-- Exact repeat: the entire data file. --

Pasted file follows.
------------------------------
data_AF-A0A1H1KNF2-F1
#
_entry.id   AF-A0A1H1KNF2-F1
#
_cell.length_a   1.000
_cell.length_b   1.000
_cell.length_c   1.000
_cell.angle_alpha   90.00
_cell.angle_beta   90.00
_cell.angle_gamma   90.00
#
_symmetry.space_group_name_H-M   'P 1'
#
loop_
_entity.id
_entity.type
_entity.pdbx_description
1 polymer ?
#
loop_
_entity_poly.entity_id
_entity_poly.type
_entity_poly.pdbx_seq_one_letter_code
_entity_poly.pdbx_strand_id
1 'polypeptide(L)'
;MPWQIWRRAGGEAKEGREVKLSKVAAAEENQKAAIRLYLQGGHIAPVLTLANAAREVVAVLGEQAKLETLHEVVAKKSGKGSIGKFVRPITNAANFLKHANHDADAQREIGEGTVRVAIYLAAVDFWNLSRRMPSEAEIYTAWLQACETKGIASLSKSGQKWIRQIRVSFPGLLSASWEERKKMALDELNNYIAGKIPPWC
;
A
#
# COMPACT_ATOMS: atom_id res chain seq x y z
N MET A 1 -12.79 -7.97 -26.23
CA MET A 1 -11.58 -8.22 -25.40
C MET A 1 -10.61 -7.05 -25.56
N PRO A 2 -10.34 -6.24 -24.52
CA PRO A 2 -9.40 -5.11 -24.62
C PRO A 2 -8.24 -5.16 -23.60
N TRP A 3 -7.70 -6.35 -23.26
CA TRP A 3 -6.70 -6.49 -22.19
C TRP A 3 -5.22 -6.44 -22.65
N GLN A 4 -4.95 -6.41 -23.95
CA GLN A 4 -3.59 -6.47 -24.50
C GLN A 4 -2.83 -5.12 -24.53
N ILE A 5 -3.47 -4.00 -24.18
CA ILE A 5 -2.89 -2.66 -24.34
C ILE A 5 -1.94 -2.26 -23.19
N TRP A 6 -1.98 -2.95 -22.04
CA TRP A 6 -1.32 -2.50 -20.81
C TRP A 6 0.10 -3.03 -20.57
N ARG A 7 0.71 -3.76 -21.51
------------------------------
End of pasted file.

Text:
data_AF-A0A1H1KNF2-F1
#
_entry.id   AF-A0A1H1KNF2-F1
#
_cell.length_a   1.000
_cell.length_b   1.000
_cell.length_c   1.000
_cell.angle_alpha   90.00
_cell.angle_beta   90.00
_cell.angle_gamma   90.00
#
_symmetry.space_group_name_H-M   'P 1'
#
loop_
_entity.id
_entity.type
_entity.pdbx_description
1 polymer ?
#
loop_
_entity_poly.entity_id
_entity_poly.type
_entity_poly.pdbx_seq_one_letter_code
_entity_poly.pdbx_strand_id
1 'polypeptide(L)'
;MPWQIWRRAGGEAKEGREVKLSKVAAAEENQKAAIRLYLQGGHIAPVLTLANAAREVVAVLGEQAKLETLHEVVAKKSGKGSIGKFVRPITNAANFLKHANHDADAQREIGEGTVRVAIYLAAVDFWNLSRRMPSEAEIYTAWLQACETKGIASLSKSGQKWIRQIRVSFPGLLSASWEERKKMALDELNNYIAGKIPPWC
;
A
#
# COMPACT_ATOMS: atom_id res chain seq x y z
N MET A 1 -12.79 -7.97 -26.23
CA MET A 1 -11.58 -8.22 -25.40
C MET A 1 -10.61 -7.05 -25.56
N PRO A 2 -10.34 -6.24 -24.52
CA PRO A 2 -9.40 -5.11 -24.62
C PRO A 2 -8.24 -5.16 -23.60
N TRP A 3 -7.70 -6.35 -23.26
CA TRP A 3 -6.70 -6.49 -22.19
C TRP A 3 -5.22 -6.44 -22.65
N GLN A 4 -4.95 -6.41 -23.95
CA GLN A 4 -3.59 -6.47 -24.50
C GLN A 4 -2.83 -5.12 -24.53
N ILE A 5 -3.47 -4.00 -24.18
CA ILE A 5 -2.89 -2.66 -24.34
C ILE A 5 -1.94 -2.26 -23.19
N TRP A 6 -1.98 -2.95 -22.04
CA TRP A 6 -1.32 -2.50 -20.81
C TRP A 6 0.10 -3.03 -20.57
N ARG A 7 0.71 -3.76 -21.51